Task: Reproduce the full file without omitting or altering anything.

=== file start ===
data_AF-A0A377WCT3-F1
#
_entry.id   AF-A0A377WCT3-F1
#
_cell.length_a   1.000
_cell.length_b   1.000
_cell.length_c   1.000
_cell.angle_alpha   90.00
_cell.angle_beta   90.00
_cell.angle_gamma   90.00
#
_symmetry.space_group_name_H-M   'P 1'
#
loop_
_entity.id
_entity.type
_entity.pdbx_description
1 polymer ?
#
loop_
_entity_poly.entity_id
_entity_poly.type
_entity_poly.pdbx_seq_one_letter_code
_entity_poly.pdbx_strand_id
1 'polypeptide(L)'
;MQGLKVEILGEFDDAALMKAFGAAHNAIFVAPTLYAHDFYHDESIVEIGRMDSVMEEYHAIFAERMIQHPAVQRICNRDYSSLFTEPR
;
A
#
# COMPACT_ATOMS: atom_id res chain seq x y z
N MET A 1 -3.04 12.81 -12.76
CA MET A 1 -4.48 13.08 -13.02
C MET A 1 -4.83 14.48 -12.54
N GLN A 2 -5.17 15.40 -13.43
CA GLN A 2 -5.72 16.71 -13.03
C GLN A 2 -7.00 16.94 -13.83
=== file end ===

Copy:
data_AF-A0A377WCT3-F1
#
_entry.id   AF-A0A377WCT3-F1
#
_cell.length_a   1.000
_cell.length_b   1.000
_cell.length_c   1.000
_cell.angle_alpha   90.00
_cell.angle_beta   90.00
_cell.angle_gamma   90.00
#
_symmetry.space_group_name_H-M   'P 1'
#
loop_
_entity.id
_entity.type
_entity.pdbx_description
1 polymer ?
#
loop_
_entity_poly.entity_id
_entity_poly.type
_entity_poly.pdbx_seq_one_letter_code
_entity_poly.pdbx_strand_id
1 'polypeptide(L)'
;MQGLKVEILGEFDDAALMKAFGAAHNAIFVAPTLYAHDFYHDESIVEIGRMDSVMEEYHAIFAERMIQHPAVQRICNRDYSSLFTEPR
;
A
#
# COMPACT_ATOMS: atom_id res chain seq x y z
N MET A 1 -3.04 12.81 -12.76
CA MET A 1 -4.48 13.08 -13.02
C MET A 1 -4.83 14.48 -12.54
N GLN A 2 -5.17 15.40 -13.43
CA GLN A 2 -5.72 16.71 -13.03
C GLN A 2 -7.00 16.94 -13.83